Ferreira v. District of Columbia Dep't of Employment Servs., 667 A.2d 310, 312 (D.C. 1995); see also D.C. Code § 1-1509(e) (1992 Repl.). Substantial evidence "is more than a mere scintilla. It means such relevant evidence [706 A2d Page 35]
as a reasonable mind might accept as adequate to support a conclusion." Consolidated Edison Co. v. NLRB, 305 U.S. 197, 229, 59 S.Ct. 206, 217, 83 L.Ed. 126 (1938) (citations omitted); Washington Post Co. v. District Unemployment Compensation Bd., 377 A.2d 436, 439 (D.C. 1977). "[T]he essence of the problem is causation." ARTHUR LARSON, WORKERS' COMPENSATION LAW § 38.83(a), at 7-312 to -313 (1997). We are satisfied that there is substantial evidence in the record to support the examiner's findings.
The hearing examiner heard extensive testimony from Robinson and his medical expert, Dr. Schwartz, and also had available depositions from Dr. Schwartz and from Metropolitan's expert, Dr. Goldman. The parties agree that Robinson's arteriosclerosis preexisted the angina attack of November 1988, and that treatment of the angina was compensable. The parties also agree that the exertion of Robinson's job precipitated the angina attack. Dr. Schwartz testified that the unstable angina was a "warning sign" of possible cardiac infarction, or heart attack. In his view, the continuing nature of Robinson's anginal pain, combined with his essentially normal electrocardiogram, indicated the need for further investigation. Schwartz also testified that the near-freezing environment of the refrigerated truck where Robinson worked was an "aggravating factor for precipitating the angina." The anginal pain served as a kind of "marker" or "signpost" to the underlying arteriosclerosis. When asked for his opinion "based on reasonable medical certainty" on the question of "whether the work activities . . . precipitated or hastened in any way the need for the further [testing] and the ultimate surgery," Schwartz answered, "Clearly, because it made manifest his pain, it did."
On the record before us, we must conclude that the agency's findings regarding whether Robinson's injury arose out of and in the course of his employment are supported by substantial evidence. We have said on this question that:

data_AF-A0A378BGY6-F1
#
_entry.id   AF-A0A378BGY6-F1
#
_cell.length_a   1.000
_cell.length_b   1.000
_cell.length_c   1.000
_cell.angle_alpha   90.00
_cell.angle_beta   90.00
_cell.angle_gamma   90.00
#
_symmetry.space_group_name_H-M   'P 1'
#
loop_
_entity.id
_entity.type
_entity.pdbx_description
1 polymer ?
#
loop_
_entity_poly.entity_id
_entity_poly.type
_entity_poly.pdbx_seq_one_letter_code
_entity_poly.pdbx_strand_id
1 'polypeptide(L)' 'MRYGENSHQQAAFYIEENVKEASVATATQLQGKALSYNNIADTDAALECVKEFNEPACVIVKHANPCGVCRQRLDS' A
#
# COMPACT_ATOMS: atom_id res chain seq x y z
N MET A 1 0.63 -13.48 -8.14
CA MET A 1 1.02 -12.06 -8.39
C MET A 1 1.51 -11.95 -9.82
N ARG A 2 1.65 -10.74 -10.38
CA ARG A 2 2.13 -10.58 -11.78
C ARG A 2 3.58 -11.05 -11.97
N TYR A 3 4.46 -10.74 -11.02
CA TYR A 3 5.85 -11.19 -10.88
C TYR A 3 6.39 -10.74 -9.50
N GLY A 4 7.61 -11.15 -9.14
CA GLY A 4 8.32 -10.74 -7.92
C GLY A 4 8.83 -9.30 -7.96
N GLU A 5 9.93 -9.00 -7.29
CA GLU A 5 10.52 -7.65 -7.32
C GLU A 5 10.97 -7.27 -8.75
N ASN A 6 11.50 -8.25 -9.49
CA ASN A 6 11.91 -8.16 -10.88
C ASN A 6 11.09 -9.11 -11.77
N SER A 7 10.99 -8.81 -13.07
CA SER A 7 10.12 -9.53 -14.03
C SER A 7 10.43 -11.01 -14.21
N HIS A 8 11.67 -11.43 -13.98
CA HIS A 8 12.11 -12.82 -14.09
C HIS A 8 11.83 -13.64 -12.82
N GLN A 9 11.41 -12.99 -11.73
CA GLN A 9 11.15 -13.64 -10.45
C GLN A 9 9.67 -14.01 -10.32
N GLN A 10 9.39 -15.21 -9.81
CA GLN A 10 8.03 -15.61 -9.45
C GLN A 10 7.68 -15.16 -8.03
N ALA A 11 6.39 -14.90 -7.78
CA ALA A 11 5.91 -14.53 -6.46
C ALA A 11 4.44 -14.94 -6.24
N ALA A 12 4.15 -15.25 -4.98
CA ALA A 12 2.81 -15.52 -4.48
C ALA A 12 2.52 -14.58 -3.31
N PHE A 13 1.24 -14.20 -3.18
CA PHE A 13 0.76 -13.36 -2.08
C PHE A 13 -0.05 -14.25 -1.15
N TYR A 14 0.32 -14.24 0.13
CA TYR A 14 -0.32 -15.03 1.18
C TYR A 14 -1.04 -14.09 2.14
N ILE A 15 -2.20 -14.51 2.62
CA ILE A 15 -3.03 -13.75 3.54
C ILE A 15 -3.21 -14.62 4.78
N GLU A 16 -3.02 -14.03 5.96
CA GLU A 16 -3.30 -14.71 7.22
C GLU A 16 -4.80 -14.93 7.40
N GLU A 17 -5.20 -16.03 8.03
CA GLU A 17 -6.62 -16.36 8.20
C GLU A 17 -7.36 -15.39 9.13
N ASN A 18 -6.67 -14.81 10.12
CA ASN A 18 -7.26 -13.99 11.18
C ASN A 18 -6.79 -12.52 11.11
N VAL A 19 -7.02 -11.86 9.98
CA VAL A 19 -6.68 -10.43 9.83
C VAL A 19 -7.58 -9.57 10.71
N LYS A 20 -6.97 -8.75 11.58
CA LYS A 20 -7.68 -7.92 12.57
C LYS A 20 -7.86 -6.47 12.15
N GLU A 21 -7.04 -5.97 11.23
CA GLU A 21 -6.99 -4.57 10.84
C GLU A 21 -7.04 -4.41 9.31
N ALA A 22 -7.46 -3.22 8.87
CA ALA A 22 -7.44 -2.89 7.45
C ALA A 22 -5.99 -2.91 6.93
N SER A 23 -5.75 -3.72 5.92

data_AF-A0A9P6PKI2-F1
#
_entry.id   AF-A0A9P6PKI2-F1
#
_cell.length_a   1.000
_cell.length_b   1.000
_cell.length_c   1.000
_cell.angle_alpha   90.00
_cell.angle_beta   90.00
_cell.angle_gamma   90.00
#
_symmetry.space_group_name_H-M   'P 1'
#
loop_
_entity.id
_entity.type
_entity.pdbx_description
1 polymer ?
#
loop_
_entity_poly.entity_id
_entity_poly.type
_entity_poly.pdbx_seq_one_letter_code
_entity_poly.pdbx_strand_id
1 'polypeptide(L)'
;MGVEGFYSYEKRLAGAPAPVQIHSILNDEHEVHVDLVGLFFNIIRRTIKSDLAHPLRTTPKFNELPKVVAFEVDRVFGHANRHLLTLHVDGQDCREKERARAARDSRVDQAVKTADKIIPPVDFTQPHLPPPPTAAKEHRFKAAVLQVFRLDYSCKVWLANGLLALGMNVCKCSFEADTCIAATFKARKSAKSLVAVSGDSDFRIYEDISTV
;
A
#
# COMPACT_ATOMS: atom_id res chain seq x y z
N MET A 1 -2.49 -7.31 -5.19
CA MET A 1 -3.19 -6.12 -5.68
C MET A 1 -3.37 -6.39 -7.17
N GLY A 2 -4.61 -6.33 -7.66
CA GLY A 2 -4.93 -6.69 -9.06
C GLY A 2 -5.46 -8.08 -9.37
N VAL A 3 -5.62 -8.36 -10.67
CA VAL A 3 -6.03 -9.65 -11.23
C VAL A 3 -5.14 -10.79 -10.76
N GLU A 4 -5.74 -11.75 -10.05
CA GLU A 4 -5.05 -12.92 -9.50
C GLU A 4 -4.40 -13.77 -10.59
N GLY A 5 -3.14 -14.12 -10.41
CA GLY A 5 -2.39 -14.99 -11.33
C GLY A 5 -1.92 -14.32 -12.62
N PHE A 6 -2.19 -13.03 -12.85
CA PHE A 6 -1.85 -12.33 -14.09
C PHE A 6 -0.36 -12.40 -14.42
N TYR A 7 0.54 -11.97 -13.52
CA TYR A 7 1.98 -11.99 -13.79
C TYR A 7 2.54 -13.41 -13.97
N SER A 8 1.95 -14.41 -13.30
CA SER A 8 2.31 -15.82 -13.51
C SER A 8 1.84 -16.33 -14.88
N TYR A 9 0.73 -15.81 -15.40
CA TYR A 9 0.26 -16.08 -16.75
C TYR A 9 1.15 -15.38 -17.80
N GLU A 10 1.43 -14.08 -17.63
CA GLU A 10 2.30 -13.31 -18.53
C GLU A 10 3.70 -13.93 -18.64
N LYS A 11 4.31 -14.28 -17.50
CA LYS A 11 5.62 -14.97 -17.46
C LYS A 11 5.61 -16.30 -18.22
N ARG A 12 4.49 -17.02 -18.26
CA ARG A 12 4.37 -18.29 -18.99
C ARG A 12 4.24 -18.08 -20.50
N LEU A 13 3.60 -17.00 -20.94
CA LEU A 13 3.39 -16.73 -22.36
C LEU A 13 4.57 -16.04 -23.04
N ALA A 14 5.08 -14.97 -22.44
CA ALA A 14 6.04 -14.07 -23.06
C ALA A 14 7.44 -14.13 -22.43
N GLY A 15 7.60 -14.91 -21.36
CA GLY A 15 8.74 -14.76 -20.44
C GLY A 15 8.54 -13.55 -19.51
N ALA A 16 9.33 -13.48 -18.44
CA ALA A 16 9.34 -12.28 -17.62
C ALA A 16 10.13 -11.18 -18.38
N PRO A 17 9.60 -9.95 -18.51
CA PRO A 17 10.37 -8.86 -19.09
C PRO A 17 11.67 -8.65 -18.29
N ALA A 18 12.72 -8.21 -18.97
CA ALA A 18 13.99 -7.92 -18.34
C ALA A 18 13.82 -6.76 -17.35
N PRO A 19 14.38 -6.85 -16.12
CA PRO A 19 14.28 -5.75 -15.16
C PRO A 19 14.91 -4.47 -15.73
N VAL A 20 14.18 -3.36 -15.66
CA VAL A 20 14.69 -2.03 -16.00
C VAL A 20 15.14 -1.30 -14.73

in light of the hearing examiner's unique position to assess the credibility of petitioner and the other witnesses . . . we cannot say that the evidence submitted by petitioner renders the hearing examiner's finding to be unsupported by substantial evidence in the record as a whole. . . . "[A]n agency as a finder of fact, may credit the evidence upon which it relies to the detriment of conflicting evidence, and [generally] need not explain why it favored the evidence of one side over the other."
McKinley v. District of Columbia Dep't of Employment Servs., 696 A.2d 1377, 1386 (D.C. 1997) (citing Robinson v. Smith, 683 A.2d 481, 488 (D.C. 1996)). Based upon the examiner's reliance on Dr. Schwartz's opinion, which it was free to credit over contrary expert opinion, we are satisfied there is substantial evidence in the record to support the conclusion that the treatment of the angina and the underlying arteriosclerosis were both compensable. But see American Bakeries Co. v. Hatzell, 771 S.W.2d 333 (Ky. 1989) (Compensation denied for treatment of preexisting heart condition, where the only expert testimony was that the angina was not work related.)
Nor can we say on this record that the hearing examiner misapplied the law. In this jurisdiction, "an aggravation of a preexisting condition may constitute a compensable accidental injury under the Act." Ferreira v. District of Columbia Dep't of Employment Servs., 531 A.2d 651, 660 (D.C. 1987) (citing Wheatley v. Adler, 132 U.S.App. D.C. 177, 182, 407 F.2d 307, 312 (1968) (en banc)). "The fact that other, nonemployment related factors may also have contributed to, or additionally aggravated [petitioner's] malady, does not affect [the] right to compensation under the `aggravation rule,'" and compensation is appropriate if petitioner's disability "arose even in part `out of and in the course of' [his] employment." Id. (emphasis in original) (citing Hensley v. Washington Metro. Area Transit Auth., 210 U.S.App. D.C. 151, 155, 655 F.2d 264, 267-68 (1981)). Employers must "accept with their employees the frailties that predispose them to bodily hurt." Id. (citing J.V. Vozzolo, Inc. v. Britton, 126 U.S.App. D.C. 259, 262-63, 377 F.2d 144, 147-48 (1967)).
On this record, the examiner could conclude that Robinson's injury arose in part out of and in the course of his employment. [706 A2d Page 36]
While the arteriosclerosis was a preexisting condition, according to Dr. Schwartz it would likely have remained quiescent for an indefinite time but for the exertion that led to Robinson's angina attack. Accordingly, the compensation award is